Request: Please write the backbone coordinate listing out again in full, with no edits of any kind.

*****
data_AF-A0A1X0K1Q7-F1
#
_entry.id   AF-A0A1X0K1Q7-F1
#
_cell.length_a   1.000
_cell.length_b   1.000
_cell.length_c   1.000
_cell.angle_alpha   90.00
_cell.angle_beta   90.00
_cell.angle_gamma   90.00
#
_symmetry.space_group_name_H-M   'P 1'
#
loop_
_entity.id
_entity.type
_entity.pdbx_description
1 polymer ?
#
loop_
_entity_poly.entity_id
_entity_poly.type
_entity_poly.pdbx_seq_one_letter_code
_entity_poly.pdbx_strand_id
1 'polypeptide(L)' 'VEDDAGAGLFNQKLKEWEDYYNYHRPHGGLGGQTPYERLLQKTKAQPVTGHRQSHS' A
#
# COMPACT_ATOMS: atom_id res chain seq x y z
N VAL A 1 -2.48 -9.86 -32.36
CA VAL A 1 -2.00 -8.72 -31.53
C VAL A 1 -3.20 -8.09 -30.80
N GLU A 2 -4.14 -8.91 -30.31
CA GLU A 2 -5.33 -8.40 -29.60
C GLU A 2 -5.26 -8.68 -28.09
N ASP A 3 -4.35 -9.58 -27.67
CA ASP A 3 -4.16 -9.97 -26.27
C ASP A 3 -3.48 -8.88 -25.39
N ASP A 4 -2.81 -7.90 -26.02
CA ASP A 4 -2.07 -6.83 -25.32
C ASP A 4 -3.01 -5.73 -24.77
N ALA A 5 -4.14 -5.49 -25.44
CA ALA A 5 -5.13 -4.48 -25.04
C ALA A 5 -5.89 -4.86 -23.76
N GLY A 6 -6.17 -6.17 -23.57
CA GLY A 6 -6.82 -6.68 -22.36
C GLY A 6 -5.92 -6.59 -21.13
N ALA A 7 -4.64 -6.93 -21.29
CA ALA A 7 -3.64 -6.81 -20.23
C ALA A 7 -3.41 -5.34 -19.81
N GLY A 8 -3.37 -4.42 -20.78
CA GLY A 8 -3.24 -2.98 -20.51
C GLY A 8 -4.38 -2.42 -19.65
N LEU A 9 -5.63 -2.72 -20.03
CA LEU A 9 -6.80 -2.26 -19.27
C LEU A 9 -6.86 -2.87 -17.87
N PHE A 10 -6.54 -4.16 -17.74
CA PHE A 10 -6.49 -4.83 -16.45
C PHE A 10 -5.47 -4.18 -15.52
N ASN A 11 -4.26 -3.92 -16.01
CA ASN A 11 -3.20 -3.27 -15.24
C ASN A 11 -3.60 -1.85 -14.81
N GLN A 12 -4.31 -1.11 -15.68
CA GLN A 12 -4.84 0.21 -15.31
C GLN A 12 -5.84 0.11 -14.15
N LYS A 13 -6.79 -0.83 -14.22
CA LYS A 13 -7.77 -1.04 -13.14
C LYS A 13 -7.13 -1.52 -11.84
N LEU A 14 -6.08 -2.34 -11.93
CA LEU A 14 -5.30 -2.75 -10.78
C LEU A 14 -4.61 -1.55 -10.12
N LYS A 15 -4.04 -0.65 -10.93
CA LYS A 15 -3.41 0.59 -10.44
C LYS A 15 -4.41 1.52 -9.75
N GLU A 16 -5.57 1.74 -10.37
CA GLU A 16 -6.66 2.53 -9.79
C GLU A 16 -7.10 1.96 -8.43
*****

data_AF-A0A1X0K1Q7-F1
#
_entry.id   AF-A0A1X0K1Q7-F1
#
_cell.length_a   1.000
_cell.length_b   1.000
_cell.length_c   1.000
_cell.angle_alpha   90.00
_cell.angle_beta   90.00
_cell.angle_gamma   90.00
#
_symmetry.space_group_name_H-M   'P 1'
#
loop_
_entity.id
_entity.type
_entity.pdbx_description
1 polymer ?
#
loop_
_entity_poly.entity_id
_entity_poly.type
_entity_poly.pdbx_seq_one_letter_code
_entity_poly.pdbx_strand_id
1 'polypeptide(L)' 'VEDDAGAGLFNQKLKEWEDYYNYHRPHGGLGGQTPYERLLQKTKAQPVTGHRQSHS' A
#
# COMPACT_ATOMS: atom_id res chain seq x y z
N VAL A 1 -2.48 -9.86 -32.36
CA VAL A 1 -2.00 -8.72 -31.53
C VAL A 1 -3.20 -8.09 -30.80
N GLU A 2 -4.14 -8.91 -30.31
CA GLU A 2 -5.33 -8.40 -29.60
C GLU A 2 -5.26 -8.68 -28.09
N ASP A 3 -4.35 -9.58 -27.67
CA ASP A 3 -4.16 -9.97 -26.27
C ASP A 3 -3.48 -8.88 -25.39
N ASP A 4 -2.81 -7.90 -26.02
CA ASP A 4 -2.07 -6.83 -25.32
C ASP A 4 -3.01 -5.73 -24.77
N ALA A 5 -4.14 -5.49 -25.44
CA ALA A 5 -5.13 -4.48 -25.04
C ALA A 5 -5.89 -4.86 -23.76
N GLY A 6 -6.17 -6.17 -23.57
CA GLY A 6 -6.82 -6.68 -22.36
C GLY A 6 -5.92 -6.59 -21.13
N ALA A 7 -4.64 -6.93 -21.29
CA ALA A 7 -3.64 -6.81 -20.23
C ALA A 7 -3.41 -5.34 -19.81
N GLY A 8 -3.37 -4.42 -20.78
CA GLY A 8 -3.24 -2.98 -20.51
C GLY A 8 -4.38 -2.42 -19.65
N LEU A 9 -5.63 -2.72 -20.03
CA LEU A 9 -6.80 -2.26 -19.27
C LEU A 9 -6.86 -2.87 -17.87
N PHE A 10 -6.54 -4.16 -17.74
CA PHE A 10 -6.49 -4.83 -16.45
C PHE A 10 -5.47 -4.18 -15.52
N ASN A 11 -4.26 -3.92 -16.01
CA ASN A 11 -3.20 -3.27 -15.24
C ASN A 11 -3.60 -1.85 -14.81
N GLN A 12 -4.31 -1.11 -15.68
CA GLN A 12 -4.84 0.21 -15.31
C GLN A 12 -5.84 0.11 -14.15
N LYS A 13 -6.79 -0.83 -14.22
CA LYS A 13 -7.77 -1.04 -13.14
C LYS A 13 -7.13 -1.52 -11.84
N LEU A 14 -6.08 -2.34 -11.93
CA LEU A 14 -5.30 -2.75 -10.78
C LEU A 14 -4.61 -1.55 -10.12
N LYS A 15 -4.04 -0.65 -10.93
CA LYS A 15 -3.41 0.59 -10.44
C LYS A 15 -4.41 1.52 -9.75
N GLU A 16 -5.57 1.74 -10.37
CA GLU A 16 -6.66 2.53 -9.79
C GLU A 16 -7.10 1.96 -8.43